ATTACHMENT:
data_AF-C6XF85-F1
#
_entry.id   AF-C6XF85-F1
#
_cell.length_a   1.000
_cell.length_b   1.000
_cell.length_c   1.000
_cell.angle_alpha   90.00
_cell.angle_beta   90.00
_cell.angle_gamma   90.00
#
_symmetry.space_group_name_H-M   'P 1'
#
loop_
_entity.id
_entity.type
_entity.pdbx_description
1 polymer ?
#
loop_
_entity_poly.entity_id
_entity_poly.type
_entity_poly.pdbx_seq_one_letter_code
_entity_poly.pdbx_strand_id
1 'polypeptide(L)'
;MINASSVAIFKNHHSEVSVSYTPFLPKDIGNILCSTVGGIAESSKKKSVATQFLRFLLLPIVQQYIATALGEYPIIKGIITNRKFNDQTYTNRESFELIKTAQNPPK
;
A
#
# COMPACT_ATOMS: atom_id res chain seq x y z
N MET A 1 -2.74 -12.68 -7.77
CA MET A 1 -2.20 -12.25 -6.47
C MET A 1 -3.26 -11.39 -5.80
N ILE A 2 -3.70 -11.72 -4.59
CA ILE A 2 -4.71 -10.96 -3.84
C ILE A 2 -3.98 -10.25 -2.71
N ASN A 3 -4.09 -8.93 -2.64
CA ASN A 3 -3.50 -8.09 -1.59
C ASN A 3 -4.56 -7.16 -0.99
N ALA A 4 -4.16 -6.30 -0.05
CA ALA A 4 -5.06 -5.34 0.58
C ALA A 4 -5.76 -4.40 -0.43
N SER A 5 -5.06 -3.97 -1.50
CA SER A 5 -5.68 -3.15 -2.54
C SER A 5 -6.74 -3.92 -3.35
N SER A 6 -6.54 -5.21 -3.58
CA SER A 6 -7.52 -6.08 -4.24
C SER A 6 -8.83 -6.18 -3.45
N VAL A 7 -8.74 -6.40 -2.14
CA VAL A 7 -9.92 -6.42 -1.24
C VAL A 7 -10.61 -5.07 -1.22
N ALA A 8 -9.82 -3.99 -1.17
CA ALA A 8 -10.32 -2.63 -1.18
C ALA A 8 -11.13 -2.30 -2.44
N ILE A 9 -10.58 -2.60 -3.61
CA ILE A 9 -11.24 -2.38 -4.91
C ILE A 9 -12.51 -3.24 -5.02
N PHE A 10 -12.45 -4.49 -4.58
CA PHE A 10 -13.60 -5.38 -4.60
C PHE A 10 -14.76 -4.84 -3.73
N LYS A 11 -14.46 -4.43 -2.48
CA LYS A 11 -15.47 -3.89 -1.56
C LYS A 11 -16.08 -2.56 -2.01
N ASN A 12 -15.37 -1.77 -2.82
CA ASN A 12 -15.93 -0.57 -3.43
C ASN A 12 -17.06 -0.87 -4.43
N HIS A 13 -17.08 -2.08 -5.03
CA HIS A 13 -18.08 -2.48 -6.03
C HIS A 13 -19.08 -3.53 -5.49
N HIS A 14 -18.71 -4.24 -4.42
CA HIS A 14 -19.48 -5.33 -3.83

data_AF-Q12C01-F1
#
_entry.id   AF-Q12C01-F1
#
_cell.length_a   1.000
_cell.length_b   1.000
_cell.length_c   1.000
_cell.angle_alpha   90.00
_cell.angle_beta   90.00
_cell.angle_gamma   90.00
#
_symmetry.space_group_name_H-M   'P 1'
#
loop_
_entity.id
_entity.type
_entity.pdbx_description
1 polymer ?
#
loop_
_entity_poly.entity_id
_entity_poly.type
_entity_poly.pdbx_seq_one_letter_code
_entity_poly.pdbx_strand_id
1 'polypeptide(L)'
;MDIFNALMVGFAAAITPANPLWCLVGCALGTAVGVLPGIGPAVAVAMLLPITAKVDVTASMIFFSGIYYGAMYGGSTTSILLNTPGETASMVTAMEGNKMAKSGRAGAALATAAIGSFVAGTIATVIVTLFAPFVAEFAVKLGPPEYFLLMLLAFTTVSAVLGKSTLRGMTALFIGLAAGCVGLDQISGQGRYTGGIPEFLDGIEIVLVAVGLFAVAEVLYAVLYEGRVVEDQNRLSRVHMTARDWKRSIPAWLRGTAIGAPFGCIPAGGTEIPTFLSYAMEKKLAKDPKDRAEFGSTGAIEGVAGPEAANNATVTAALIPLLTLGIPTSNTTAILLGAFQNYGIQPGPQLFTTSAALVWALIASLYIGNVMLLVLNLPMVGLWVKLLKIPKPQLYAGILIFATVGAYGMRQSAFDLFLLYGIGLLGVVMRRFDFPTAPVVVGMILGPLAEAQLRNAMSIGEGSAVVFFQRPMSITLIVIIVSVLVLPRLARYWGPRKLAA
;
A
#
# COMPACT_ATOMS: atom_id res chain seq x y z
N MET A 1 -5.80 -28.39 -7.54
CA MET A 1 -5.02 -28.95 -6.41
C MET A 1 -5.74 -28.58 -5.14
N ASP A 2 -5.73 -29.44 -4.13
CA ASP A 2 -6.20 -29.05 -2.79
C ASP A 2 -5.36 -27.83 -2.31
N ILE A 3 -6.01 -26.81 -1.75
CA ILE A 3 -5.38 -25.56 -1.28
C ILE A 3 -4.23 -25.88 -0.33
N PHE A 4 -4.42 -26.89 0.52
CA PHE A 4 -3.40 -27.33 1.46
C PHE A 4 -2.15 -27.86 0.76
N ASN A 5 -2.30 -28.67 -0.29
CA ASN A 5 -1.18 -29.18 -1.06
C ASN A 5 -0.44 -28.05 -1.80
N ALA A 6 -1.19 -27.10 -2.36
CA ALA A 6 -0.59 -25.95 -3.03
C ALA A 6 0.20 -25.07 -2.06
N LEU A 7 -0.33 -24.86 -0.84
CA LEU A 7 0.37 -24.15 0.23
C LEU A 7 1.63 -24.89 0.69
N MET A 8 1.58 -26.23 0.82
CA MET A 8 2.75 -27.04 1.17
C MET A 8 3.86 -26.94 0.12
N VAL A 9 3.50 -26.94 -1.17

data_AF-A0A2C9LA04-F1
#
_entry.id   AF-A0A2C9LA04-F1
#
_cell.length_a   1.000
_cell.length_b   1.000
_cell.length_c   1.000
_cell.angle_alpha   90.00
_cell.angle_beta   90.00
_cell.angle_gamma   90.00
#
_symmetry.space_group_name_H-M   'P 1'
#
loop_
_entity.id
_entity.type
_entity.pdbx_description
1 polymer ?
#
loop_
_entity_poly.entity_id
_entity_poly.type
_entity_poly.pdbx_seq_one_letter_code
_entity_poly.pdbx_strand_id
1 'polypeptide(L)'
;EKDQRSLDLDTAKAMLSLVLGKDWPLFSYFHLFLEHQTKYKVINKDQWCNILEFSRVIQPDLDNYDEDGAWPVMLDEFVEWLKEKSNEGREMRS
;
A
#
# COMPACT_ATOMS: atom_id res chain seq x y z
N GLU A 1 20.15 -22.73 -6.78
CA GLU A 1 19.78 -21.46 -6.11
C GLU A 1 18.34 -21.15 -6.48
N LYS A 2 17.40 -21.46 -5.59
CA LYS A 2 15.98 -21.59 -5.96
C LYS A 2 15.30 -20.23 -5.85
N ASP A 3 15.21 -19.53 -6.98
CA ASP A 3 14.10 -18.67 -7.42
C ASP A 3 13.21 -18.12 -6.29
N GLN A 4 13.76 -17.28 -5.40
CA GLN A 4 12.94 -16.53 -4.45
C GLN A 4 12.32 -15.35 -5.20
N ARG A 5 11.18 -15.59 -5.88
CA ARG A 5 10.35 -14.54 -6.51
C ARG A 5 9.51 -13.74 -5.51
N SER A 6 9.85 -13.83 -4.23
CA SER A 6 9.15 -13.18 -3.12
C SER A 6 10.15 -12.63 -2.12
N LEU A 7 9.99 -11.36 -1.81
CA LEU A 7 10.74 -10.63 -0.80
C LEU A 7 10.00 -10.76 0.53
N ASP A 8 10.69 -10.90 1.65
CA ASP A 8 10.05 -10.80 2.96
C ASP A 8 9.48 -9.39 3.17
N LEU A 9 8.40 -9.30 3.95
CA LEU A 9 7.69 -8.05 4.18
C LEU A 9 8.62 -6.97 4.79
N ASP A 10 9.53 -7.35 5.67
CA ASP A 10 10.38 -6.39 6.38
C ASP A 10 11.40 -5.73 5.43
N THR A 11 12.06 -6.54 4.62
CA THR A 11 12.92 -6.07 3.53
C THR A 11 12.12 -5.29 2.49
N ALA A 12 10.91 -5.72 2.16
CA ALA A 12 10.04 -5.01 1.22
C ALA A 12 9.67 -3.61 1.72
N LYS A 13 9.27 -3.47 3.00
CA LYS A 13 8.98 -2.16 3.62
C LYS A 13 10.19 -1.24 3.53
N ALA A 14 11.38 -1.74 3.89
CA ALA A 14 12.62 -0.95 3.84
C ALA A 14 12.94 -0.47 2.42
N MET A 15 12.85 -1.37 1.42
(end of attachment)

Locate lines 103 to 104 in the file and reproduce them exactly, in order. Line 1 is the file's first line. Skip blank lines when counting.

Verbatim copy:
CA MET A 1 -5.02 -28.95 -6.41
C MET A 1 -5.74 -28.58 -5.14